“The Carranza family is a rare unit in the state’s strawberry supply. They are not laborers on a large industrial farm, like those paid by the box, but an entirely family-run enterprise that sells to restaurants and at five farmers markets: Santa Monica, Hollywood, South Pasadena, Ojai and Santa Barbara. At least until recently, before the coronavirus began forcing closures.”

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“A lifeline leveled” (Carin Dorghalli, Chico Enterprise-Record, September 2020)

Enterprise-Record photographer Carin Dorghalli mourns the loss of her immigrant father’s market — the only store in Berry Creek — as she documents the flames ravaging mountain communities.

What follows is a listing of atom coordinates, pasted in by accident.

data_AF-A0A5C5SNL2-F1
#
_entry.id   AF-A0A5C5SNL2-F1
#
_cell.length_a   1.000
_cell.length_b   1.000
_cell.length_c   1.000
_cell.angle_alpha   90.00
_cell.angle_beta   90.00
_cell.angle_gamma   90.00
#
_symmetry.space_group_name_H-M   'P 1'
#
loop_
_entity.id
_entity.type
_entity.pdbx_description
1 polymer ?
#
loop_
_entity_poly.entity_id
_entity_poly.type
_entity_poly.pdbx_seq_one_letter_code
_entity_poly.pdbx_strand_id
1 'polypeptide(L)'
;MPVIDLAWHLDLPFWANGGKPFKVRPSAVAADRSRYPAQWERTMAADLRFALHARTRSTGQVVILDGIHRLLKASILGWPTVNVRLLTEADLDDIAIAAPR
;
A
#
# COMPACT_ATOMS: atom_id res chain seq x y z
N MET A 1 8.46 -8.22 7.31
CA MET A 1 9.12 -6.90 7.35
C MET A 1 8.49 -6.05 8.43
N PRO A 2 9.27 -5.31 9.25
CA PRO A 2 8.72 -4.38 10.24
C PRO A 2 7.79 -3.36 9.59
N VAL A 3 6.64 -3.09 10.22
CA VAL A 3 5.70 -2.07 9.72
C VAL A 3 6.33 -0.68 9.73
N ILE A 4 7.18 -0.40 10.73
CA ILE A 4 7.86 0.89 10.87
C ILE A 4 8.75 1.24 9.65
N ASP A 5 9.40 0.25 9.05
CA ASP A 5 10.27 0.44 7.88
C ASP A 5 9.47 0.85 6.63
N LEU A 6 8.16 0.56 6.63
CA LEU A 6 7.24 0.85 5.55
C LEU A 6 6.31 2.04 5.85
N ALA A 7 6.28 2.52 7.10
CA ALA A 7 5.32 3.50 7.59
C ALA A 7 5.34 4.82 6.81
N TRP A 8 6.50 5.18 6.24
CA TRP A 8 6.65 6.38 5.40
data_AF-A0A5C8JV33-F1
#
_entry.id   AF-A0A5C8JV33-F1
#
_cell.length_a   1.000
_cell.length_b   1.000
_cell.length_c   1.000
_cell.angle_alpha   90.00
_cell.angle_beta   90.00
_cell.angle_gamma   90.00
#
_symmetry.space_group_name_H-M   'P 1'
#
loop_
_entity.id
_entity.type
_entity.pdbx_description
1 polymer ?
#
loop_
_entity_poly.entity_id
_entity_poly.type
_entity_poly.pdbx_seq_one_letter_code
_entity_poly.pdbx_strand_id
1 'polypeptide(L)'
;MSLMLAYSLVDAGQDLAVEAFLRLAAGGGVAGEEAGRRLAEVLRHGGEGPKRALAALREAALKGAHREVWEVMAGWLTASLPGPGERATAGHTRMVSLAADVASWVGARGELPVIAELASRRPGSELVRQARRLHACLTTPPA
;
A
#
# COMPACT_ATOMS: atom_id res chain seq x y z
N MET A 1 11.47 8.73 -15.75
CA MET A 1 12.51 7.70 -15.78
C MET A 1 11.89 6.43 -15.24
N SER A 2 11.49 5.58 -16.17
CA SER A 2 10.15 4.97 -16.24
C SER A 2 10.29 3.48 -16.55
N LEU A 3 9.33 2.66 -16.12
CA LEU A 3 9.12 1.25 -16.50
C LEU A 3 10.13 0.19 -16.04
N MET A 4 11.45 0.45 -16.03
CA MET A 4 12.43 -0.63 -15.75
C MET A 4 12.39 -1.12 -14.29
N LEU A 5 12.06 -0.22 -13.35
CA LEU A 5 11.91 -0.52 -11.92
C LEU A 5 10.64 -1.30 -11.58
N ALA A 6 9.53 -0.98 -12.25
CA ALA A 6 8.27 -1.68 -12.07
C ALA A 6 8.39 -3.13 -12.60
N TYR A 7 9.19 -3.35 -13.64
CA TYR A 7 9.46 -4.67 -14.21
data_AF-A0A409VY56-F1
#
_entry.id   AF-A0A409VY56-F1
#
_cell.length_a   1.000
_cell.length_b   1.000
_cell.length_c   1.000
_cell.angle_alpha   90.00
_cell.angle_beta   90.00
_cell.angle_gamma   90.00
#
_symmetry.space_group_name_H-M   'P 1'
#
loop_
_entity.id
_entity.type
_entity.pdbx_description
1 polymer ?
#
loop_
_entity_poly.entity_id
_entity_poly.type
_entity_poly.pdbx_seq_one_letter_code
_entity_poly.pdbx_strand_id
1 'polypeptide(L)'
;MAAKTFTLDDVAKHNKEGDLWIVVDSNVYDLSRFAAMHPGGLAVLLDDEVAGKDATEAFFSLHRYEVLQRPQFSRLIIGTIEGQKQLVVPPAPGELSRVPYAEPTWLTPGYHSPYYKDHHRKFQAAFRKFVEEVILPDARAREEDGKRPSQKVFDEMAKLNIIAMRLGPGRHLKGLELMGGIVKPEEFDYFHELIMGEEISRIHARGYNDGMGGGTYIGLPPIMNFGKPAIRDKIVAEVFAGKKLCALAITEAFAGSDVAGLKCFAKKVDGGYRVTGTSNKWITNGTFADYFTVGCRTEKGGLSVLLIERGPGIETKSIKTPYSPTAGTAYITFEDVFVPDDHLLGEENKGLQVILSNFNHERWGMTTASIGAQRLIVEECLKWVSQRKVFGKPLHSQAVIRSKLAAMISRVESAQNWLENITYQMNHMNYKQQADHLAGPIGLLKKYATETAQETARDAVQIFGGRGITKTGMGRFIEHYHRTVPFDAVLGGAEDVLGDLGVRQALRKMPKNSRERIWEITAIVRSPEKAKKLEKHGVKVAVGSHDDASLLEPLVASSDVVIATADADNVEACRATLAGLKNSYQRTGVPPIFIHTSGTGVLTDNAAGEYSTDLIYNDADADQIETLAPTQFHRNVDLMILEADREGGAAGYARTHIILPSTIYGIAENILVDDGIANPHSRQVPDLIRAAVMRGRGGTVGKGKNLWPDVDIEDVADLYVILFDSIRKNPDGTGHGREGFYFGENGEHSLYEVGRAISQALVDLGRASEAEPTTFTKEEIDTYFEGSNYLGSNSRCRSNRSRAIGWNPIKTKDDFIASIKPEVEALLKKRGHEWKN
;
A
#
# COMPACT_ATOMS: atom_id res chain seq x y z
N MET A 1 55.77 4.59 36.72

“George Floyd, Central Park and the familiar terror they inspire” (LZ Granderson, Los Angeles Times, May 2020)

A wrenching essay from Times sports and culture columnist LZ Granderson detailing a lifetime of encounters with police — and why Granderson is tired of writing about racism. Not just tired of writing about racism, but also “tired of black and brown bodies being killed by it,” tired of the endless, soul-slicing micro-aggressions and “tired of watching some white people be more upset by those who are protesting racism as opposed to the racism itself.”

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“From healthcare worker to patient: Death in Room 311" (Maria L. La Ganga, Los Angeles Times, December 2020)

A nurse died alone at a Days Inn in West Covina, under isolation because she had COVID-19. For an investigator with the L.A. County Department of Medical Examiner-Coroner, the job was to piece together the puzzle of the victim’s life and death — and to stay healthy.